Of accelerators and art investigations

Date:1 July 2012 Tags:, , ,

The Louvre in Paris holds many of the world’s most famous works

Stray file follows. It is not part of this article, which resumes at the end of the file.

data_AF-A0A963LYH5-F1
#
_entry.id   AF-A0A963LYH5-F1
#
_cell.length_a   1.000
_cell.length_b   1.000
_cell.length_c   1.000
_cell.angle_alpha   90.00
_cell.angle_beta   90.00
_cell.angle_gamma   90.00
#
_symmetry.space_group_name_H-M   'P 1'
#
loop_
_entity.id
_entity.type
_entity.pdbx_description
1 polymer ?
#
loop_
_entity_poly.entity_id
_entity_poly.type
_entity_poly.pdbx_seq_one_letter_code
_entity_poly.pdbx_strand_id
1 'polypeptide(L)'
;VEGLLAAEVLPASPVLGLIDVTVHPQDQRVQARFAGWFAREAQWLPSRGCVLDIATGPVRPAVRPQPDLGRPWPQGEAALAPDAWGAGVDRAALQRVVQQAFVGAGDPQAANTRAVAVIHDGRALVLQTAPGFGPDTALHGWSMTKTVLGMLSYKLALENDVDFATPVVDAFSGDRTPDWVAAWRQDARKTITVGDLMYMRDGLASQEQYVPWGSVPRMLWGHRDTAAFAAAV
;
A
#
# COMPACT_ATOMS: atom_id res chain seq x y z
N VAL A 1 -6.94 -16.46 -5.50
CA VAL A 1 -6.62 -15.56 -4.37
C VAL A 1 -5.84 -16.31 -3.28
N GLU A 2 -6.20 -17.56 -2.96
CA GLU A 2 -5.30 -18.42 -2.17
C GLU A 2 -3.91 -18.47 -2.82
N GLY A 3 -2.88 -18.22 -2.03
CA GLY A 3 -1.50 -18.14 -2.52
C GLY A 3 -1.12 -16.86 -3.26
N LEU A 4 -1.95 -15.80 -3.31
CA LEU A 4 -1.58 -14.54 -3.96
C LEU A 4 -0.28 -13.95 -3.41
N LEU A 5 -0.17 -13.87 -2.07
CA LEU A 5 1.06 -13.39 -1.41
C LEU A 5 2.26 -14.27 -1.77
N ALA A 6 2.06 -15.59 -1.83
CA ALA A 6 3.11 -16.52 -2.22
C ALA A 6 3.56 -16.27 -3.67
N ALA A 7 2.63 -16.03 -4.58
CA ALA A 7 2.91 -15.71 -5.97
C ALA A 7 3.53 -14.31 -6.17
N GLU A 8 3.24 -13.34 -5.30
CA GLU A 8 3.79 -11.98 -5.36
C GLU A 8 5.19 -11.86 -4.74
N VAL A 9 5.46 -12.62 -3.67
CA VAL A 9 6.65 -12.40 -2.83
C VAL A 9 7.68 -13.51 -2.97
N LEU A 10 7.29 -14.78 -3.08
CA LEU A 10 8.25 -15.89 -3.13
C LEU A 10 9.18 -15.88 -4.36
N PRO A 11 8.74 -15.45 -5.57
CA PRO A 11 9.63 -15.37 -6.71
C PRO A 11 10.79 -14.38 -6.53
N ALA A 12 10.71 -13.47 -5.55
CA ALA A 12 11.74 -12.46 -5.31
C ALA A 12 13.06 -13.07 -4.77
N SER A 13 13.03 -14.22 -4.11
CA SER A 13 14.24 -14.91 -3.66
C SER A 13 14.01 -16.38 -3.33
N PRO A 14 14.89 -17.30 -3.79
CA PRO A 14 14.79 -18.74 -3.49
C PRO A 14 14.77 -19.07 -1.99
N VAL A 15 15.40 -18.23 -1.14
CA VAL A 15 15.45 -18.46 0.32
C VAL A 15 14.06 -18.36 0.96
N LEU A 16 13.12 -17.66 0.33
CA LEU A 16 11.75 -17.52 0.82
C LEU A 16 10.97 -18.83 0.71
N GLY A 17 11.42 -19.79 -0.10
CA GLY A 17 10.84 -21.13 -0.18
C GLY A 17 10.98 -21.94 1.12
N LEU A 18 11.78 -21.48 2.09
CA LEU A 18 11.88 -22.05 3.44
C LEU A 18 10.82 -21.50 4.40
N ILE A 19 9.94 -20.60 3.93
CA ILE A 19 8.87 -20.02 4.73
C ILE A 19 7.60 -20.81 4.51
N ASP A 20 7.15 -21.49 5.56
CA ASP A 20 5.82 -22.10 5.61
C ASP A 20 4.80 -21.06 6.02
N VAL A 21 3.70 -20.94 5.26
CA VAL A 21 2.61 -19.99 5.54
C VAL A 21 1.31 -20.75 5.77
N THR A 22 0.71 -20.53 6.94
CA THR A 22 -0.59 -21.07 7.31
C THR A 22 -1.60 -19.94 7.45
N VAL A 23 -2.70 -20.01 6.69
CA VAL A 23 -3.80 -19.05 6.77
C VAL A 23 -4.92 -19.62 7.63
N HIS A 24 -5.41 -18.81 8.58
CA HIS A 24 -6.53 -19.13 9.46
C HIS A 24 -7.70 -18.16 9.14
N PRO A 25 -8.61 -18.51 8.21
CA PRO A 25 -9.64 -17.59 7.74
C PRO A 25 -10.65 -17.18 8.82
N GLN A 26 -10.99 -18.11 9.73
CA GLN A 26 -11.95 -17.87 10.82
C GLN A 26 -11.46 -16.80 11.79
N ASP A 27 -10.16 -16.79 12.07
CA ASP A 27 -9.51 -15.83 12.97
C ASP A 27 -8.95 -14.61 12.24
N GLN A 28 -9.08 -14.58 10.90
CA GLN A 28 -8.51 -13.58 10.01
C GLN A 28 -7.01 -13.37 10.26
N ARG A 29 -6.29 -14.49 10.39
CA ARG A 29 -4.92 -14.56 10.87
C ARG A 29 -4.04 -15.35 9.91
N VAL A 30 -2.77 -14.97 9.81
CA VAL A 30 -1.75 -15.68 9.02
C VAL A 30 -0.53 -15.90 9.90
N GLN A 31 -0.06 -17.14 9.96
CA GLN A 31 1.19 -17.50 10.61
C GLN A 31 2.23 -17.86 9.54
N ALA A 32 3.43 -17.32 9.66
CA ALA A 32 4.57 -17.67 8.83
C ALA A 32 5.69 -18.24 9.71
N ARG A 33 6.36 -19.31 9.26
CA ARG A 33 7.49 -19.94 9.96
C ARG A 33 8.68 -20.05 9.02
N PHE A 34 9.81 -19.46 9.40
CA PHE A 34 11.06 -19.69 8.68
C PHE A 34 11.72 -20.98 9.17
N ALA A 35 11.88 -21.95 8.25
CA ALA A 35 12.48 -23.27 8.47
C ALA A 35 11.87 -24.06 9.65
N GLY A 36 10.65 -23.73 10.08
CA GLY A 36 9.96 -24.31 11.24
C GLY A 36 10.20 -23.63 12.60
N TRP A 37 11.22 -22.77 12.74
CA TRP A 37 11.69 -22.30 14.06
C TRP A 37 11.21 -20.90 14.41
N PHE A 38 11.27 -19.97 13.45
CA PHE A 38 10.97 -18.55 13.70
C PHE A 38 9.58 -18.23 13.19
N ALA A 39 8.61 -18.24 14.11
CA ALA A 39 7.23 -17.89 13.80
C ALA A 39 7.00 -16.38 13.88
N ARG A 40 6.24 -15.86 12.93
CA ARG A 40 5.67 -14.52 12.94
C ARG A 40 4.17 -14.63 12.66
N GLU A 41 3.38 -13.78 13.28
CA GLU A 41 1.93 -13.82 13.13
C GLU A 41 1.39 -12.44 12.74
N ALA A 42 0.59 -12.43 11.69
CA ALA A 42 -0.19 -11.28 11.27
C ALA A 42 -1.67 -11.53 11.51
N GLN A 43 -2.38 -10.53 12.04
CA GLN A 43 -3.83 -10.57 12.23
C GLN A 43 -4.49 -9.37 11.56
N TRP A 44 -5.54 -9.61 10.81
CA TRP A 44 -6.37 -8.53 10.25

of art – but most people never see the particle accelerator in its basement. Scientists use the machine to analyse the composition and origins of artwork. For example, the accelerator helped determine that the ruby eyes in a Babylonian statue of Ishtar came from a mine in Vietnam, indicating that the two regions established trade routes at least 4 000 years ago. Such high-tech forensics are employed elsewhere in the art world, too: an accelerator helped crack a R288 million art forgery scandal in 2011, when its proton-induced X-ray emissions provided damning evidence about paint pigments used in the forgeries. – ALEX HUTCHINSON